So now, we get to pretend Doc’s return isn’t curtained off by a sense of overall dread.
Not because we don’t think he’ll come back, but because what will he be coming back to? A barely .500 Phillies team? A trade market that makes him wait, due to concern about his surgery? A post-apocalyptic Citizens Bank Park, patrolled by a feral, hideous Phanatic, while a horde of zombie Chip Kelly’s Eagles run innovative attack patterns outside?!?!
But we do know that Doc isn’t going to stop getting stronger, as long as there is breath in his body. What a psychological obstacle course he’s running; as he’s said, he can only think about what’s in front of him. If he starts dwelling on which Eagle is probably the most dangerous in zombie form, he’ll get overwhelmed and the whole thing will be for naught.
Rich Dubee has had a front row seat for this process, so he’ll be the one sugarcoating everything that happens. Right now, Doc is throwing off a mound, which is a huge step in the right direction. That direction is “baseball.” That direction is not “Phillies.”
“I don’t look at velocity at all right now,” said pitching coach Rich Dubee. “I’m looking at his arm path, making sure he gets his arm up where it needs to be. And ever since Day 1, it’s been very encouraging. ”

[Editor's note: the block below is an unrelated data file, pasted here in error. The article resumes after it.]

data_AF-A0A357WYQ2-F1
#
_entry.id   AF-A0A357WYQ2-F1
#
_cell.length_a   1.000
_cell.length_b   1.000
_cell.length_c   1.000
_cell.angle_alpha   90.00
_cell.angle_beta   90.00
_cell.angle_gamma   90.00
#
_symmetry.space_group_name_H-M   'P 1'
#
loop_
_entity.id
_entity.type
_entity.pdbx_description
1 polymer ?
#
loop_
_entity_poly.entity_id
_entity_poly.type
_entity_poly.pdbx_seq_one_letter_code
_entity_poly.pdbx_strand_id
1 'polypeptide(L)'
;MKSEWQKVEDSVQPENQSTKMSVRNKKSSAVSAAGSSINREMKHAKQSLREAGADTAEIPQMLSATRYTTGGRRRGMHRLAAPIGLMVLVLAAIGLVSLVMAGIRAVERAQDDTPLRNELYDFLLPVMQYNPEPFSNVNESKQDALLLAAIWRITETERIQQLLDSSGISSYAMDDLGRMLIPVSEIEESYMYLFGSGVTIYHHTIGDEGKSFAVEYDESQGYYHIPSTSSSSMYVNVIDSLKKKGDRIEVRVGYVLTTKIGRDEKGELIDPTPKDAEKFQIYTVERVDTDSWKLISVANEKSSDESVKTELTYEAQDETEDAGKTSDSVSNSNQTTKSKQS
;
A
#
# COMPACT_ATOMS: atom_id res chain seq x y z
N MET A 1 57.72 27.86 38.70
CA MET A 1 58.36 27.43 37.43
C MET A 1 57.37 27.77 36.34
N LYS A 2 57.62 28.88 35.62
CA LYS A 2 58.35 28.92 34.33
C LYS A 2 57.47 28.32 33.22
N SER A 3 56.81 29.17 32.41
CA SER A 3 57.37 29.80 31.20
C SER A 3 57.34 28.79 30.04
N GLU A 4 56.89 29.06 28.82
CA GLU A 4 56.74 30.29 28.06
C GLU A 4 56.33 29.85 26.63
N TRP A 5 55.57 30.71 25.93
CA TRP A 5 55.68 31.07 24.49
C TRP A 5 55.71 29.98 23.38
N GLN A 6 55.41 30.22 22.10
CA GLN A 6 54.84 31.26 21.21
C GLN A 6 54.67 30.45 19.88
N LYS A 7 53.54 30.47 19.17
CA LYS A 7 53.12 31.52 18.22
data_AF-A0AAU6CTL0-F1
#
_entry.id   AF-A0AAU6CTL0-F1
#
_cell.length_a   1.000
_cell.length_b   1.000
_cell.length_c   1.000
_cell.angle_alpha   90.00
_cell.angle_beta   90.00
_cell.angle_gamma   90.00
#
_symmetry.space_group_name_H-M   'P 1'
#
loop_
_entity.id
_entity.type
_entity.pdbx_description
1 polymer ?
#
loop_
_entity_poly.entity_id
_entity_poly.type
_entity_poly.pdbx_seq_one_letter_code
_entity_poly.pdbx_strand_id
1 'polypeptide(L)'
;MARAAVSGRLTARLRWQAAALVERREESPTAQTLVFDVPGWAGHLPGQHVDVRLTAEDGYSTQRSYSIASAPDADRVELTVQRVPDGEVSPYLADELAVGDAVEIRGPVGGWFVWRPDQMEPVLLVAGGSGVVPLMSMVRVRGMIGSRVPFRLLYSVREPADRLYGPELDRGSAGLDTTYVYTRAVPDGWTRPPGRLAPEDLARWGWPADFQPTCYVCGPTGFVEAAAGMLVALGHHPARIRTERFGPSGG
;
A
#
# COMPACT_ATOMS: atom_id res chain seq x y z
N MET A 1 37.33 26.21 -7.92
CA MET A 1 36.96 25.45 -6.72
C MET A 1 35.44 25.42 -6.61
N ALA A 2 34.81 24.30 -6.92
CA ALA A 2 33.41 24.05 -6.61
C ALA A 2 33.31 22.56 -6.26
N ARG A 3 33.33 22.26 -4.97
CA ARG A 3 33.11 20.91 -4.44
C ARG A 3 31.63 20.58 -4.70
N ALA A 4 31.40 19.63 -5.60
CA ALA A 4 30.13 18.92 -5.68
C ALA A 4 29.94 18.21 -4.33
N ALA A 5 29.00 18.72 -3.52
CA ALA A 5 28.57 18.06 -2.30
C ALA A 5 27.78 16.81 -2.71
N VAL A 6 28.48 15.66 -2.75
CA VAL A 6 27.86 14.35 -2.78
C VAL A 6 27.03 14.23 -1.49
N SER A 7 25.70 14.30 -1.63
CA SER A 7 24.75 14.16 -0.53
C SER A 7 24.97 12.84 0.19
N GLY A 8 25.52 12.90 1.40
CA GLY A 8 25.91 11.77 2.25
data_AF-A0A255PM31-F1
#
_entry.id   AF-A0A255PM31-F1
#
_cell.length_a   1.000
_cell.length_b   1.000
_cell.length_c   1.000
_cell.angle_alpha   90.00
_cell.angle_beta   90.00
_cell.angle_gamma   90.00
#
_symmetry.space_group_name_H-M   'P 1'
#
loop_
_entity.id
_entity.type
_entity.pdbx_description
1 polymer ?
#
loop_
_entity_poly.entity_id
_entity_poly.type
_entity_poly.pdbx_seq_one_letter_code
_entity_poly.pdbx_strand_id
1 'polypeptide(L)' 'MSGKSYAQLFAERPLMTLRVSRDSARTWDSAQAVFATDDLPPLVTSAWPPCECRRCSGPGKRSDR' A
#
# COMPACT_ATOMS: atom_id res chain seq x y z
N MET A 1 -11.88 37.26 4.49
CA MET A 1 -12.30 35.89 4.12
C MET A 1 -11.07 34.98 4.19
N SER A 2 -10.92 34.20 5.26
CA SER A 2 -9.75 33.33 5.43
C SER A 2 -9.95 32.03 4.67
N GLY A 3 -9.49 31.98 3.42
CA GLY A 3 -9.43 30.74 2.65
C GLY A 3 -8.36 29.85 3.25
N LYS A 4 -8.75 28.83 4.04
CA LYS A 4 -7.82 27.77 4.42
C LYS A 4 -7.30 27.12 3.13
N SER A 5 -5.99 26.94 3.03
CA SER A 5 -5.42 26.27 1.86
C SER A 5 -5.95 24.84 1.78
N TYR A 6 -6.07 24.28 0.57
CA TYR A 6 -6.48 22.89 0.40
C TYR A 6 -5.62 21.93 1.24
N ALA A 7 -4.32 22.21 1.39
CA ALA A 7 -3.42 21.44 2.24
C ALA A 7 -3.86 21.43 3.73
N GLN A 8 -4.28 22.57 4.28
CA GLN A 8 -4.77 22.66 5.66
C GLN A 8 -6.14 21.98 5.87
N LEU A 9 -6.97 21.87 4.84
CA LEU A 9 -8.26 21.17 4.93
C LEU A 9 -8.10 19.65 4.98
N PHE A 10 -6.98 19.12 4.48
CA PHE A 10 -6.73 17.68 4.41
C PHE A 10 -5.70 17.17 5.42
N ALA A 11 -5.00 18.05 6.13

So, when Doc is ready to throw, which it is still hard to believe could be this year, the Phillies will – speaking as painfully objectively as I can – more than likely be out of it. Not definitely, but probably… the things keeping them in it are the NL East’s innate ability to employ completely collapsible teams.
Whatever. Dubee was adamant about how this was the first step of a very long process; this went well, so we do the next thing. If something breaks, it’ll take longer. Considering whether or not Roy Halladay could be a part of a magical, highly unlikely Phillies playoff run could probably be considered getting slightly ahead of ourselves.